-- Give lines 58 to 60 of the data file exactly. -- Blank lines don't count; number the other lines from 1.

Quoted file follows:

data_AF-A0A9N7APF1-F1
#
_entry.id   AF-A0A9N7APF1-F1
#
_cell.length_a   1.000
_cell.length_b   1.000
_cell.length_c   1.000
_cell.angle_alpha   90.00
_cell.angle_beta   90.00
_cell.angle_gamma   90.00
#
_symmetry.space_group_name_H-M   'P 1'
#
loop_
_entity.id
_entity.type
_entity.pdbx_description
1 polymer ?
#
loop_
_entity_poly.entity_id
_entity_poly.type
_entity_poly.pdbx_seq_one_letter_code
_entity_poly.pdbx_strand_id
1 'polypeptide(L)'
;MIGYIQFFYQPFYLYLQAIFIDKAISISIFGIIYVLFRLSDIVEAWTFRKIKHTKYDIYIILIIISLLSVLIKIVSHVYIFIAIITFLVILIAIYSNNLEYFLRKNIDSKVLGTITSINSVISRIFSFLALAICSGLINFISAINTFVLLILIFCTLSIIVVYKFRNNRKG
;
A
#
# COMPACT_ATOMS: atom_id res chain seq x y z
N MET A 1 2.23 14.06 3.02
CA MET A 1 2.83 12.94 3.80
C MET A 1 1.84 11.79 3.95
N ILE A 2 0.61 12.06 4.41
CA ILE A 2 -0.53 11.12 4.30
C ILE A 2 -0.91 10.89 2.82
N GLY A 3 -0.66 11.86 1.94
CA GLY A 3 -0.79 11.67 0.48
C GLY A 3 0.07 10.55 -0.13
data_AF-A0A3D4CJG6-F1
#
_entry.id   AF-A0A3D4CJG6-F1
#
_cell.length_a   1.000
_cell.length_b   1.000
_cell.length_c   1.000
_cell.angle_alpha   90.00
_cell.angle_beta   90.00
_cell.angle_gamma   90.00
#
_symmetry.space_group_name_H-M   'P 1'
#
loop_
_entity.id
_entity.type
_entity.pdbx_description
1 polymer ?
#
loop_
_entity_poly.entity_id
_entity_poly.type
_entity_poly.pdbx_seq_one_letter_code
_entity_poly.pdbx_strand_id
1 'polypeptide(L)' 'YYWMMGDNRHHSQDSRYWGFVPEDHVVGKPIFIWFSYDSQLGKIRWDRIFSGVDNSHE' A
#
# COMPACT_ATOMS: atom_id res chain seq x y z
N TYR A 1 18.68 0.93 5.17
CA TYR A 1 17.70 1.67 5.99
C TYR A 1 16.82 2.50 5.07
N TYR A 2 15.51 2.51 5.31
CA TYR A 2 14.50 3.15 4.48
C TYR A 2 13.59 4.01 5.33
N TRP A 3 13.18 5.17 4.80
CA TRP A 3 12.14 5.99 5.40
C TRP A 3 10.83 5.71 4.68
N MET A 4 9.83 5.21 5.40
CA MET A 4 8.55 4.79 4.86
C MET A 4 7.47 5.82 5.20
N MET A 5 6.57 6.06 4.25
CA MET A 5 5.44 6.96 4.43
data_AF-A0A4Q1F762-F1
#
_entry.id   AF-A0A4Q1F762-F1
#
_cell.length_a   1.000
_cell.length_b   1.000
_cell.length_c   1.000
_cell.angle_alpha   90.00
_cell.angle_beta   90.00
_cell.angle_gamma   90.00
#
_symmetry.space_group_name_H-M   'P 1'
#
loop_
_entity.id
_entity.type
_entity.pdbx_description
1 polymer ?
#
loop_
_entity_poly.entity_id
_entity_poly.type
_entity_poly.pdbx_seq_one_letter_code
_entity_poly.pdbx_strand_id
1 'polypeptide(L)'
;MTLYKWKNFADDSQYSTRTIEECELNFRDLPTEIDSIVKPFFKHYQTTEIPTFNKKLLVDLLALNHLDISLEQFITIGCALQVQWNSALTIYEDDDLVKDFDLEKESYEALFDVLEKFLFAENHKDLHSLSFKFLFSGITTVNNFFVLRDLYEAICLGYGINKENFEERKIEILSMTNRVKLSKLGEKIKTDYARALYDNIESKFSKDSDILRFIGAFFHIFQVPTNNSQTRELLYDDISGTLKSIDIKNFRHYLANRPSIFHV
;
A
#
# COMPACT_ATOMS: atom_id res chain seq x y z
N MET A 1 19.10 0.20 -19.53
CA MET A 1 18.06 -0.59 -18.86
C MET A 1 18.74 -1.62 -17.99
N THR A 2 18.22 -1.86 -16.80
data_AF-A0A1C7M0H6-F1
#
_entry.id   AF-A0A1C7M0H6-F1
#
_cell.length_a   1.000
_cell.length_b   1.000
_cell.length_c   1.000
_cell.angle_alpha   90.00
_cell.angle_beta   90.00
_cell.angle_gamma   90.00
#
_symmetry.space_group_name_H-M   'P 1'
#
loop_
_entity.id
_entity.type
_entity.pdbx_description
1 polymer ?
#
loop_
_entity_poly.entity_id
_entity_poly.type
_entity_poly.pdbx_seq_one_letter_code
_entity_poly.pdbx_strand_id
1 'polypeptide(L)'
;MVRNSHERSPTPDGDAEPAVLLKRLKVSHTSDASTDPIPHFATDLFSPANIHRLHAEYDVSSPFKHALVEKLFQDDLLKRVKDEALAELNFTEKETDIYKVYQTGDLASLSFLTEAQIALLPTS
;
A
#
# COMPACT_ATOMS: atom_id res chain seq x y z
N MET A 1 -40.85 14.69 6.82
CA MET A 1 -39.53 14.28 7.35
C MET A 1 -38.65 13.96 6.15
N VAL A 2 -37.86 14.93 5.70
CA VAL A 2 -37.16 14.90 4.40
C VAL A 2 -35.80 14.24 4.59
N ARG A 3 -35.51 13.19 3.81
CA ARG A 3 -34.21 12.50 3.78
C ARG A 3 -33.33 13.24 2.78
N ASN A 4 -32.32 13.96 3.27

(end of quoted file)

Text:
#
loop_
_entity_poly.entity_id